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(TRENTON) - Bipartisan legislation sponsored on the Democratic side by Assemblyman Ruben J. Ramos, Jr. to help combat the flu by making vaccination more accessible was approved by an Assembly panel on Thursday.
Under current law, pharmacists are only permitted to administer vaccines to patients who are 18 years of age and older. The bill (A-3251) approved today would permit pharmacists to administer pediatric vaccines to children who are 12 years of age and older.
"Anyone who's been sick this season knows how difficult it can be to get a doctor's appointment when they're inundated with flu patients," said Ramos (D-Hudson). "This bill would help families take preventive measures to protect their children from the flu by making vaccinations more easily available to anyone in the general population who wishes to get one."
Ramos noted that the bill respects vaccination choice, while amending statutory language to conform to regulations permitting a pharmacist to administer vaccines and related emergency medications pursuant to a physician's prescription, in immunization programs implemented pursuant to a physician's standing order, or in government-sponsored immunization programs that are not patient specific.
"With emergency rooms across the region being inundated this season, we should be doing everything we can to help prevent the spread of the flu and minimize the public health risk," added Ramos. "Licensed pharmacists are already highly qualified to provide vaccines to adults so it makes perfect sense to allow them to administer it to teens as well."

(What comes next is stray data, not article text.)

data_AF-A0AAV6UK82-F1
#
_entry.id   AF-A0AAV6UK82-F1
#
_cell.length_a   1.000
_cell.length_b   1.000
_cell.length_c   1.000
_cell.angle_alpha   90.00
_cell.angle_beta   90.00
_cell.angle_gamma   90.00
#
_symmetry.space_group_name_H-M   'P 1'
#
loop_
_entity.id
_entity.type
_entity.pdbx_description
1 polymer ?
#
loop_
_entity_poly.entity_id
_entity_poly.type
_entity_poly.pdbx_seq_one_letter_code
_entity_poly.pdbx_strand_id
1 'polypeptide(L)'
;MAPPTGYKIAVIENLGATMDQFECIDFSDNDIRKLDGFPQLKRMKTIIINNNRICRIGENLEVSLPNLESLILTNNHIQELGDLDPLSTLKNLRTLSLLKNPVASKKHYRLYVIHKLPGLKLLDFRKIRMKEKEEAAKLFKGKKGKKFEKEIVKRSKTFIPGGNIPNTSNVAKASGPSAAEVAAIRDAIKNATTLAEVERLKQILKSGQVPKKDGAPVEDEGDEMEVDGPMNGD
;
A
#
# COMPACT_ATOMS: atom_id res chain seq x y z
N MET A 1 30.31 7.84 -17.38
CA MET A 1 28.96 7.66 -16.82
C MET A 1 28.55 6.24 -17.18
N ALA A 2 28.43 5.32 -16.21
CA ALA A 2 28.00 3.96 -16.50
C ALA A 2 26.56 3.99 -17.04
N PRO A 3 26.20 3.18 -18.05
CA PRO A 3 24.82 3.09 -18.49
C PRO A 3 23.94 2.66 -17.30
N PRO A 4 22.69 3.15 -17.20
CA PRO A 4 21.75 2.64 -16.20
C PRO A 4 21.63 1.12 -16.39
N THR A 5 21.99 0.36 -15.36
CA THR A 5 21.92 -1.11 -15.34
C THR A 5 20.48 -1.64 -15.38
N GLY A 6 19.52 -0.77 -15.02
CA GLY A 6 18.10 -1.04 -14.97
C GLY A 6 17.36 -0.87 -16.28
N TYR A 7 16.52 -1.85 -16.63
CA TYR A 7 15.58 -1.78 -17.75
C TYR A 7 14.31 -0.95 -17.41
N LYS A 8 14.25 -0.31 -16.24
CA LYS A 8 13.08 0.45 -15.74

This bill does not alter the education, documentation, and other requirements set forth by the New Jersey State Board of Pharmacy and the State Board of Medical Examiners, which must be met for a pharmacist to administer vaccines directly to patients. Existing statutory language permits the two boards to jointly issue rules that would impose additional requirements for a pharmacist to be permitted to administer a vaccine to a minor.
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"When you're asked to cast a vote on a bill and it seems innocuous, and it's got a hidden land mine that perhaps only an expert would see, it would sort of behoove those experts to tell us in advance rather than make us look, shall we say, a little bit indecisive later on." - Assemblyman Michael Patrick Carroll (R-25).- NJTV
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